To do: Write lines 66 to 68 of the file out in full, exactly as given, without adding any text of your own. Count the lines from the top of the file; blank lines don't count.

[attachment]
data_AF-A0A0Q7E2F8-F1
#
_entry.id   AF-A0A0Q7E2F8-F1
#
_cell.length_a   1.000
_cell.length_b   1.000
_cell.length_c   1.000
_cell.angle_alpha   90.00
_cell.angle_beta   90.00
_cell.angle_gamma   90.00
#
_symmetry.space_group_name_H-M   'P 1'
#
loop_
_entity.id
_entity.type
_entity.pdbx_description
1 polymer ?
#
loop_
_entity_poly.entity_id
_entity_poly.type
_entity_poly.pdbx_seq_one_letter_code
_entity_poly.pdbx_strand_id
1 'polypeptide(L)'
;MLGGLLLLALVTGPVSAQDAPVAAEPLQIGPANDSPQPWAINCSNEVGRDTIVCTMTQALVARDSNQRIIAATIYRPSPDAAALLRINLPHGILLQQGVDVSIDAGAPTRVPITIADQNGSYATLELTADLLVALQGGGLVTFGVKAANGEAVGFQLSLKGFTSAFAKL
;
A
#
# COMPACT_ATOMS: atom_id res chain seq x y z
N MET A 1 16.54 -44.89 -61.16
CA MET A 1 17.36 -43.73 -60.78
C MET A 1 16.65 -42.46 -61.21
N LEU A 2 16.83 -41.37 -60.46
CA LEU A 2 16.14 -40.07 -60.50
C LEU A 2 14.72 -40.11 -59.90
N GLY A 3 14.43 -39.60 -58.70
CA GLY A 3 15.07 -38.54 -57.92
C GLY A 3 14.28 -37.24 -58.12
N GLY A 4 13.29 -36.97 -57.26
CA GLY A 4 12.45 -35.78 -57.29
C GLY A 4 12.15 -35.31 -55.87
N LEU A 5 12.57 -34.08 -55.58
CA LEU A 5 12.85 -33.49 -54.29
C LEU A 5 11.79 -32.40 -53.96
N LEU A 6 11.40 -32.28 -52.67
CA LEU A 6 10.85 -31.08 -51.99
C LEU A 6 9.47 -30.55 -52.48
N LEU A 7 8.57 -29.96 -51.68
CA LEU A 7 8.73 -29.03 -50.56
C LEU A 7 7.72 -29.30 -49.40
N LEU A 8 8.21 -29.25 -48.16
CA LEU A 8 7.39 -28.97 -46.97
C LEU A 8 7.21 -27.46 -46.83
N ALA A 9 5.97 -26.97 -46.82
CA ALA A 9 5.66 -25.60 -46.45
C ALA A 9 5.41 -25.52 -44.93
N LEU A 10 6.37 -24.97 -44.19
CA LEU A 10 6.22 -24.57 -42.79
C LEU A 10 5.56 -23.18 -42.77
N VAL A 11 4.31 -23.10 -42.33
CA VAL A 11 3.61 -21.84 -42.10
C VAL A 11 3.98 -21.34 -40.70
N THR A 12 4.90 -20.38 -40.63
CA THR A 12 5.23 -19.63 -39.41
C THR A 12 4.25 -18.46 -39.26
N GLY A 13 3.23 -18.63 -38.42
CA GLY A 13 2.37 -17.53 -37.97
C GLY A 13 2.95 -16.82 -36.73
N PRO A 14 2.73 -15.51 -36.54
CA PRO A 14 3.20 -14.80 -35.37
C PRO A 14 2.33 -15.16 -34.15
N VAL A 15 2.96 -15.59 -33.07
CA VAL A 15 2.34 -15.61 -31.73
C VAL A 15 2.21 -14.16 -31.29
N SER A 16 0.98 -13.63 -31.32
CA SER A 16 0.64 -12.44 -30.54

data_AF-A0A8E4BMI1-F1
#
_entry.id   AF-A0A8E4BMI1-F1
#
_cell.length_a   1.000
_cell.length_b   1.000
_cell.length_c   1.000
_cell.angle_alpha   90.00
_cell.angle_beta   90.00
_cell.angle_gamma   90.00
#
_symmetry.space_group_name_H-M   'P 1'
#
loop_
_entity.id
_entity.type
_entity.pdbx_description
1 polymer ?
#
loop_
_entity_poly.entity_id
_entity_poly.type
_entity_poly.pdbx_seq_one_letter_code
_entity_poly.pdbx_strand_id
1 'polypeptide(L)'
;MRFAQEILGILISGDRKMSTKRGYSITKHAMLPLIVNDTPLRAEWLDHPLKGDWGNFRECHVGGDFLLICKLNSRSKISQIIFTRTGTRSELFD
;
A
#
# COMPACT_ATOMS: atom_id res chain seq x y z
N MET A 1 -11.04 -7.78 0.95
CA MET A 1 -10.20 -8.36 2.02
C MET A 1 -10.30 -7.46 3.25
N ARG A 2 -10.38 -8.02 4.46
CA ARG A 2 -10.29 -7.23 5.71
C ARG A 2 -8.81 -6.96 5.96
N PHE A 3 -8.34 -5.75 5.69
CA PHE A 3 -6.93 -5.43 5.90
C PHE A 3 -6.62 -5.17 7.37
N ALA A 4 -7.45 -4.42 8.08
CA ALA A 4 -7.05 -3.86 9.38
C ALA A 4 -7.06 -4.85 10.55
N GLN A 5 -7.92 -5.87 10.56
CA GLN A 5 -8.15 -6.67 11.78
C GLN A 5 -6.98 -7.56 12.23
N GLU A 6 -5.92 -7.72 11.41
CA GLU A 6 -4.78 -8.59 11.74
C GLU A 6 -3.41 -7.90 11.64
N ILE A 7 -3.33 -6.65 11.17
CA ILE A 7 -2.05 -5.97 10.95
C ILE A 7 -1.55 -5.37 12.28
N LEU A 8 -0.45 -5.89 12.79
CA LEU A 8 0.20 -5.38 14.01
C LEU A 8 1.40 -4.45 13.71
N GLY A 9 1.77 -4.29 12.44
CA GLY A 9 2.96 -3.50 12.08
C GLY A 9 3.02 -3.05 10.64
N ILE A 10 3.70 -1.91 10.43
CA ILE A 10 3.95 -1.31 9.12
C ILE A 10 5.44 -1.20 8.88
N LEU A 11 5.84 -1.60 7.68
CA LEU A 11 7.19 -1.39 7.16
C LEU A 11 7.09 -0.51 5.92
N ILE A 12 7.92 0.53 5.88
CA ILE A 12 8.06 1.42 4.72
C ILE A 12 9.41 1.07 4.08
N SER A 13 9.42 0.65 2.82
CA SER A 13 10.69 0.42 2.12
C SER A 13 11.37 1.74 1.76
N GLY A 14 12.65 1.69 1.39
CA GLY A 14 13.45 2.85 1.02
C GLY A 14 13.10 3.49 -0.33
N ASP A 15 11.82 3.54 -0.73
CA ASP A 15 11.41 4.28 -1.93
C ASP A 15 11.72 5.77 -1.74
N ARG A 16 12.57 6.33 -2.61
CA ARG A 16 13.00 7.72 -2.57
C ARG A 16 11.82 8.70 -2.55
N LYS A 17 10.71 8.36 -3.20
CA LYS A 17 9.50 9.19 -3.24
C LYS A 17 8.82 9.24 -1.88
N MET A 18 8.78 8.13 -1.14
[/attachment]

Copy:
C THR A 12 4.25 -18.46 -39.26
N GLY A 13 3.23 -18.63 -38.42
CA GLY A 13 2.37 -17.53 -37.97